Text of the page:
The damage has been suffered is clear from the facts. Dianna has sustained serious injuries as a consequence of being hit by John. It is clear that the damage will inevitably be of the kind that is recoverable under tort of negligence.

It is also clear on the facts submitted that causation is a relatively easy matter to establish. It is clear that the damage suffered from direct result of the breach. Diana was driving her car and was hit by a drunk driver, who ignored a red light and was driving fast and erratically, as a direct and immediate consequence Diana suffered serious injuries. Examples of causation can be found in cases Barnett v Chelsea and Kensington Hospital Management Committee (1968)[14].

Remoteness of damage will not be an issue for Diana's claim as in this case serious injuries have been caused to another motorist by a drink driving and ignoring a red light. It is normal and predictable consequence of negligence which causes an accident of this nature. The principle of Remoteness of damage can be satisfied by The Wagon Mound No. 1 (1961)[15], provides that only damage which is a reasonably foreseeable consequence of a breach will be recoverable by law.

The more foreseeable the harm the more likely the court will hold the relationship as proximate, fair and reasonable to impose a duty and will therefore be able to claim compensation. Based on the above analysis it can be concluded that Diana would have a case of negligence against John. Since John was under the influence of alcohol, was driving fast and erratically and the fact that he ignored the red light hitting Diana's car as a direct result, the court would usually have little sympathy for a drunk driver in these circumstances.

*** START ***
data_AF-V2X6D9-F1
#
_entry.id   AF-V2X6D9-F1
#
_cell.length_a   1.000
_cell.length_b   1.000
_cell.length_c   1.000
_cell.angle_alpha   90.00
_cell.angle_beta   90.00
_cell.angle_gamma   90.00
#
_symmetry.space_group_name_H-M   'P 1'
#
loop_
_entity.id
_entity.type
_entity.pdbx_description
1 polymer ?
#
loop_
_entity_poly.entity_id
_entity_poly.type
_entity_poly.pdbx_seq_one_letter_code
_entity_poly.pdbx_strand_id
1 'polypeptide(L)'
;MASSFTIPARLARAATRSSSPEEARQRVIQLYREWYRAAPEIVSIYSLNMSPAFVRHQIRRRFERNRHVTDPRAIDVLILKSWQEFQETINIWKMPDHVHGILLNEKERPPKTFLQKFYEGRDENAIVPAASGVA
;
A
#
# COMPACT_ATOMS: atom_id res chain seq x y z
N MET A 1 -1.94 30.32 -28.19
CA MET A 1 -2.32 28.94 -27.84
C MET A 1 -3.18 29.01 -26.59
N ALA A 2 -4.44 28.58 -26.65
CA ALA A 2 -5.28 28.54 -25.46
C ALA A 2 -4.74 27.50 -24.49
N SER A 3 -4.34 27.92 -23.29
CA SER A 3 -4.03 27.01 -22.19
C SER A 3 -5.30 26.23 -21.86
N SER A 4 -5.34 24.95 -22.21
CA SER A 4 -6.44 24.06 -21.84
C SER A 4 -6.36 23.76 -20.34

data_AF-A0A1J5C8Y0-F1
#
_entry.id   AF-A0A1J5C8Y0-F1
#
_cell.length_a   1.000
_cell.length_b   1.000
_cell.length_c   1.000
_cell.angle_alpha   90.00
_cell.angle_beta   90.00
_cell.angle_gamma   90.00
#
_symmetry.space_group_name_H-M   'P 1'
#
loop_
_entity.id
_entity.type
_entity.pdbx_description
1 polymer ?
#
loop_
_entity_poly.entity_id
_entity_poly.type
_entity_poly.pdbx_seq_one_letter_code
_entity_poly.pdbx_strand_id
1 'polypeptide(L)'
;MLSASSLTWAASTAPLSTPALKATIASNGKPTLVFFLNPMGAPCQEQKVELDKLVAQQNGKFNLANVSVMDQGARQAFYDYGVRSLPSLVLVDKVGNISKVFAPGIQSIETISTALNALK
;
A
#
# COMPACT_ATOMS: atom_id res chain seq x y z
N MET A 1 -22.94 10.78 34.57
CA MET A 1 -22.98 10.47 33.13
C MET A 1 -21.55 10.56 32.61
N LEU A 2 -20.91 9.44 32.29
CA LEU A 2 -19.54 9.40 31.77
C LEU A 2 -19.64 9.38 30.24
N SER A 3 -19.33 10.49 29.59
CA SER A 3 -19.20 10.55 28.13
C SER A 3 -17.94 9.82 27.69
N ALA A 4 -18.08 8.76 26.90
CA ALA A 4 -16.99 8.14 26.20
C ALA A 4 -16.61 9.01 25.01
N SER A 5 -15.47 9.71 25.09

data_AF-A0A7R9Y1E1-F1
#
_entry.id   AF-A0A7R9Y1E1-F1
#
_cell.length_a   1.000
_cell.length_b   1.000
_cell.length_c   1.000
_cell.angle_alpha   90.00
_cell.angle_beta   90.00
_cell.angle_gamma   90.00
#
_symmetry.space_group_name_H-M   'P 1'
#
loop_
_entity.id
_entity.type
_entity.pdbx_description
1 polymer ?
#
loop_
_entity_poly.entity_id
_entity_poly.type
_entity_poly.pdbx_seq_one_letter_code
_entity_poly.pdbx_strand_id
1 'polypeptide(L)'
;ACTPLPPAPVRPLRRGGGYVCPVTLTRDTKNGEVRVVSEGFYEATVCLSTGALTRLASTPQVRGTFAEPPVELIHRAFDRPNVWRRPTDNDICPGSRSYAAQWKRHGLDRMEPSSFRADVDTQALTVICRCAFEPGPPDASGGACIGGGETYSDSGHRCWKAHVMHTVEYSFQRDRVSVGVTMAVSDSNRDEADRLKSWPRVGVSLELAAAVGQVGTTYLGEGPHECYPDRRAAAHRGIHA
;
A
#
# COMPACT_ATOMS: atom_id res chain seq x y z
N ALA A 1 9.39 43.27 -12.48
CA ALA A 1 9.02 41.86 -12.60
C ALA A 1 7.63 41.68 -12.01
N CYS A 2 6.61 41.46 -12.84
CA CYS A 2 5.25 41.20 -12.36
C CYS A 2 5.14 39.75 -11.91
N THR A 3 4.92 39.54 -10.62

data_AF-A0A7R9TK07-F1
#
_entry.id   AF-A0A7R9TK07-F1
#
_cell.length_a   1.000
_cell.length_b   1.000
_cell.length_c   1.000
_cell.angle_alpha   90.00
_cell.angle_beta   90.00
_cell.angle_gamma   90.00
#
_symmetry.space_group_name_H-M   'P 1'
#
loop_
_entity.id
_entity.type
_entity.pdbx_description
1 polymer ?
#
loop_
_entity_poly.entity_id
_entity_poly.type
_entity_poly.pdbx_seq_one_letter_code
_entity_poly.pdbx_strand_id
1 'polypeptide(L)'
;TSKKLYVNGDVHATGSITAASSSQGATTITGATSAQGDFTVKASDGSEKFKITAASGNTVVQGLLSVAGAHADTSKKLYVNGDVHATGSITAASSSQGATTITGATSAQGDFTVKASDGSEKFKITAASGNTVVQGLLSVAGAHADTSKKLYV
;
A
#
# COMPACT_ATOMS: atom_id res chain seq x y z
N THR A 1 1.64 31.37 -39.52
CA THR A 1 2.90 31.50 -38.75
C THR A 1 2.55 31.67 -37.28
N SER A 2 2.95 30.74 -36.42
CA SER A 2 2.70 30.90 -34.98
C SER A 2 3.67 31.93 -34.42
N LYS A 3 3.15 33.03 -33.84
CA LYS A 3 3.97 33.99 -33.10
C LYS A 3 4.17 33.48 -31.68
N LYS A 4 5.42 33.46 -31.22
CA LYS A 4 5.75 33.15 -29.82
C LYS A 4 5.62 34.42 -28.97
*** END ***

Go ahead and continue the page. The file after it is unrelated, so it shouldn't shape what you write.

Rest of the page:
Possible defences available to John against his liability in tort to Bruce

When considering the possible defences available to John against his liability in tort against Bruce the same four points raised in part a (John's liability in tort for Diana) would need to be established for Bruce to have a case against John.

Bruce's case against John would be affected by contributory negligence and the issue of volenti non fit injuria (someone who knowingly and willingly puts themselves in a dangerous situation will be unable to sue for his or her injuries). Contributory negligence and volenti would be the base of John defence.

When seeking defence in volenti non fit injuria[16] it must establish the following:

1. Bruce knew the nature and extent of the risk of harm

2. Bruce voluntarily agreed to it

In order for a defence to be raised in contributory negligence[17] it must address the following:

1. Bruce failed to exercise reasonable care for his own safety

2. That this failure contributed to his injuries

3. By what extent should Bruce's damages be reduced

As Bruce was a passenger in a car being driven by John, Bruce would be considered a neighbour of John under the “neighbour principle” in Donoghue v Stevenson (1932)[18]. It is also obvious that John was in breach of that duty by reapplying the risk analysis and using common sense as John was under the influence of alcohol when driving the car.

The damage that Bruce suffered as a result of John's actions as stated in the brief were serious and were clearly caused by John's actions. However when looking at causation, it must be taken in to consideration that Bruce was not wearing a seatbelt at the point of the accident and he had encouraged John to ignore the red light.